Eat my words!

Ever dream of writing a cookbook?

Ever dream of writing a cookbook? This Saturday, the Portland Culinary Alliance (a group of Portland food lovers of every variety, from food lovers, to journalists, to bartenders, to chefs) will be holding a symposium and luncheon for aspiring food writers—specifically those interested in writing and sharing their recipes with the world.

Andrea Slonecker, Portland Culinary Alliance executive director, believes this is a special time to be holding such an event: “There are so many great chefs in our region that have or are about to come out with landmark cookbooks,” Slonecker said.

Recently, one of the event’s speakers and prominent Seattle chef Ethan Stowell released his book Ethan Stowell’s New Italian Kitchen. And with the upcoming Oct. 12 release of salt and chocolate shop The Meadow owner Mark Bitterman’s book, Salted: A Manifesto of the World’s Most Essential Mineral, these professionals seem to be the perfect authorities to be fielding questions and giving out advice.

Stowell and Bitterman will not be the only authorities available. Among other speakers will be an array of well-accomplished chefs/writers from Portland: Vitaly Paley of Paley’s Place, Wildwood’s Corey Schreiber and Grand Central Bakery’s Piper Davis, for starters.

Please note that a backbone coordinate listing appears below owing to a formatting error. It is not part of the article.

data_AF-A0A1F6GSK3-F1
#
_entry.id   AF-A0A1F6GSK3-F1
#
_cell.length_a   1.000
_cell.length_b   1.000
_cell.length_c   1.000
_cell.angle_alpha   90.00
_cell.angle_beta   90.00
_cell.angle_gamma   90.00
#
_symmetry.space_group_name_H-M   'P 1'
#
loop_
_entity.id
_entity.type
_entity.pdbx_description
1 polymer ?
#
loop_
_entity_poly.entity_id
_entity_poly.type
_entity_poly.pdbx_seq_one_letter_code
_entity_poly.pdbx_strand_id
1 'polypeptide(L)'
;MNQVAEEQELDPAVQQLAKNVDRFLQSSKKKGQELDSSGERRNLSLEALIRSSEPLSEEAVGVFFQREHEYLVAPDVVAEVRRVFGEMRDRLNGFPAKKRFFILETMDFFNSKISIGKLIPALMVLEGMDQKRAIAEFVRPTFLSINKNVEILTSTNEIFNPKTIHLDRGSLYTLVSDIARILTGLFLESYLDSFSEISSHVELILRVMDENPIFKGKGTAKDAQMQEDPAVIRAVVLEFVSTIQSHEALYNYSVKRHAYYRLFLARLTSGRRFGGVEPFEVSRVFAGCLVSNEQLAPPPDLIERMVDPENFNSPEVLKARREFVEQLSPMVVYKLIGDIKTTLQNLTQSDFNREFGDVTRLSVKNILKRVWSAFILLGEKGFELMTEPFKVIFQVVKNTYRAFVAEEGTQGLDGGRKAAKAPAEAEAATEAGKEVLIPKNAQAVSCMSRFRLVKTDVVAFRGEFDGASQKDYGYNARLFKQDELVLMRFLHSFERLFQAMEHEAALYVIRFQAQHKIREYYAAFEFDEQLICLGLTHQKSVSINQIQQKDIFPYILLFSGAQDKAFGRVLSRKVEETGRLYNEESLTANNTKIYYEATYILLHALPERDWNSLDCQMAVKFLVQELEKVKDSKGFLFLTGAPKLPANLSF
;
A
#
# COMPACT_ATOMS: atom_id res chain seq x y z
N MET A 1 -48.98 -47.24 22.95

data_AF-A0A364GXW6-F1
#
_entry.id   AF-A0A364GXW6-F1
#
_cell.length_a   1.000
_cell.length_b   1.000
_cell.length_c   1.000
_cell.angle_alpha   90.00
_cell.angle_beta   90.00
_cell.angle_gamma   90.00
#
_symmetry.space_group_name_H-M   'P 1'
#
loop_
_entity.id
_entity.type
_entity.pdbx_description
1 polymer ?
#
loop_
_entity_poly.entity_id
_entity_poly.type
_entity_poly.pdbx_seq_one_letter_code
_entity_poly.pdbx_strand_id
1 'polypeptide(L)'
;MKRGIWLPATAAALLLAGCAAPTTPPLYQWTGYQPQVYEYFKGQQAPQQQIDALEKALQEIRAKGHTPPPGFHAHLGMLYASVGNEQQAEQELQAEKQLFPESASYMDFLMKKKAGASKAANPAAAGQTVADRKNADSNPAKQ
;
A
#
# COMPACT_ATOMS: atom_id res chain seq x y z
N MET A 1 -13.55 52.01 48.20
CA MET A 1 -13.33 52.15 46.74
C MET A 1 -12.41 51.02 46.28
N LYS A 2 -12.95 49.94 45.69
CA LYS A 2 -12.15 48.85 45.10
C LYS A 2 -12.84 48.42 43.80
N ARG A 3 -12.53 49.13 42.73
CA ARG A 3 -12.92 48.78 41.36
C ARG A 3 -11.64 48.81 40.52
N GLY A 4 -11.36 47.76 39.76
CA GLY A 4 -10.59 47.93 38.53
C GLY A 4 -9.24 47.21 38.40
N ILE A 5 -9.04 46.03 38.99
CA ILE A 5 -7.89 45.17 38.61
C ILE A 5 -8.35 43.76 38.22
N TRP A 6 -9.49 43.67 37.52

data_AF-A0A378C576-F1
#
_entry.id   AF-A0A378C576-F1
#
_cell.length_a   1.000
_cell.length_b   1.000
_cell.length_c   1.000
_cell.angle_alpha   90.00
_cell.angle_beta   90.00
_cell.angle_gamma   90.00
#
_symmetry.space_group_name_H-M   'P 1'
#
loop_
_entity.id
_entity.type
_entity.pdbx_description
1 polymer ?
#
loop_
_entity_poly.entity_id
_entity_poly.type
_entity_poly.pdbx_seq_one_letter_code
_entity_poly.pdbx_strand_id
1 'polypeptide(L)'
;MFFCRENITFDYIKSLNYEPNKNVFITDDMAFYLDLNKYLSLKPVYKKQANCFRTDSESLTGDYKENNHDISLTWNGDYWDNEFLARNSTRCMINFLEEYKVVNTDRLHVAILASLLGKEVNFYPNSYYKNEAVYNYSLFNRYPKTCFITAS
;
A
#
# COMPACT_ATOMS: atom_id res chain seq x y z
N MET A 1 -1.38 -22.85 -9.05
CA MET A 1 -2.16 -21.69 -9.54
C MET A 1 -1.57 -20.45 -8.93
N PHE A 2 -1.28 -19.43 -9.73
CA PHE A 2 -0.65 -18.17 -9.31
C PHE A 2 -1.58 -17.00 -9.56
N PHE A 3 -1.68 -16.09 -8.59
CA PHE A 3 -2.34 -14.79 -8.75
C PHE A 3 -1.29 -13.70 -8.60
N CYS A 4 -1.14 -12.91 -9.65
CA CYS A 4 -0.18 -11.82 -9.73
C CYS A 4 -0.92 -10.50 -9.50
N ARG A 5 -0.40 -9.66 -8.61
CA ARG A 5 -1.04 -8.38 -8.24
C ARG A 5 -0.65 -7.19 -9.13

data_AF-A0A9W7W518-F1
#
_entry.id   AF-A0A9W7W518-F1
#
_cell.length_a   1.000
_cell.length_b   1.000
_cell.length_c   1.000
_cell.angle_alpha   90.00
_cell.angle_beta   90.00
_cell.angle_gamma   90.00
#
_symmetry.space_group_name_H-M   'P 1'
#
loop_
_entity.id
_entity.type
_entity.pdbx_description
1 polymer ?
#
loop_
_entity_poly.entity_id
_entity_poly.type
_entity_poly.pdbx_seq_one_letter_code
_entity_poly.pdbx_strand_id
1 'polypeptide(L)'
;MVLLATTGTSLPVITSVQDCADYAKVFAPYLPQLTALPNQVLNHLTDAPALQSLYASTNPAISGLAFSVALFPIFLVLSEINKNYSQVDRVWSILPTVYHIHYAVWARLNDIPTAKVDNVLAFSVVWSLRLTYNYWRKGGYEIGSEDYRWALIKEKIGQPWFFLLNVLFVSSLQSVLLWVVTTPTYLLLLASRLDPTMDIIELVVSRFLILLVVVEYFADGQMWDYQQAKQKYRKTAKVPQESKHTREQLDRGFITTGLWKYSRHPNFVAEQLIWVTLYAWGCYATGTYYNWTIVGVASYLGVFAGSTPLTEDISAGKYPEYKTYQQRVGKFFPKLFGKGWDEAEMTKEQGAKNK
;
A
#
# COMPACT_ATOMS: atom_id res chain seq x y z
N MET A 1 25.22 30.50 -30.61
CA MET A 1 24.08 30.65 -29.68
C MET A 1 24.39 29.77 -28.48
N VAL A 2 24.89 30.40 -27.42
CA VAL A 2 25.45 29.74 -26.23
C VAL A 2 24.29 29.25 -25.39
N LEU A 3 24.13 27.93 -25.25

Also in attendance will be the always-colorful Adam Sappington of Portland’s southern restaurant Country Cat, who will be emceeing the event along with multiple cookbook author Diane Morgan.

According to Slonecker, the event will help develop one important element for the aspiring food writer: “It’s a tough scene and the more connections you have, the more opportunities you’ll encounter,” said Slonecker.

Slonecker feels it’s not just about who you know, but what you know.

“First and foremost, I think that to be a great food writer you must intimately understand food and culinary techniques. You should know how to make a beurre blanc, the way a peach should feel when it’s ripe, why a cut of meat should be braised as opposed to grilled. It’s only then that you gain the authority to write about food and cooking,” she said.

Luckily, attendees may gain a little of this knowledge simply from what is offered to consume. Since it is a food event after all, each of the featured chefs will provide prepared breakfast and lunch with delicious recipes from their own books, displaying what got them into this field in the first place—their culinary talents.

In addition to the high quality meals provided, the $50 ticket will include education on how to land a book deal, photography and design, recipe development and testing, book promotion, how to work with a professional writer and book conceptualization.

Slonecker is proud to be a part of this event for her third year, knowing that Portland food writers are living the right place at the right time: “Our culinary environment is incredibly exciting, diverse, and moving at the speed of light, so the stories to be told are endless.”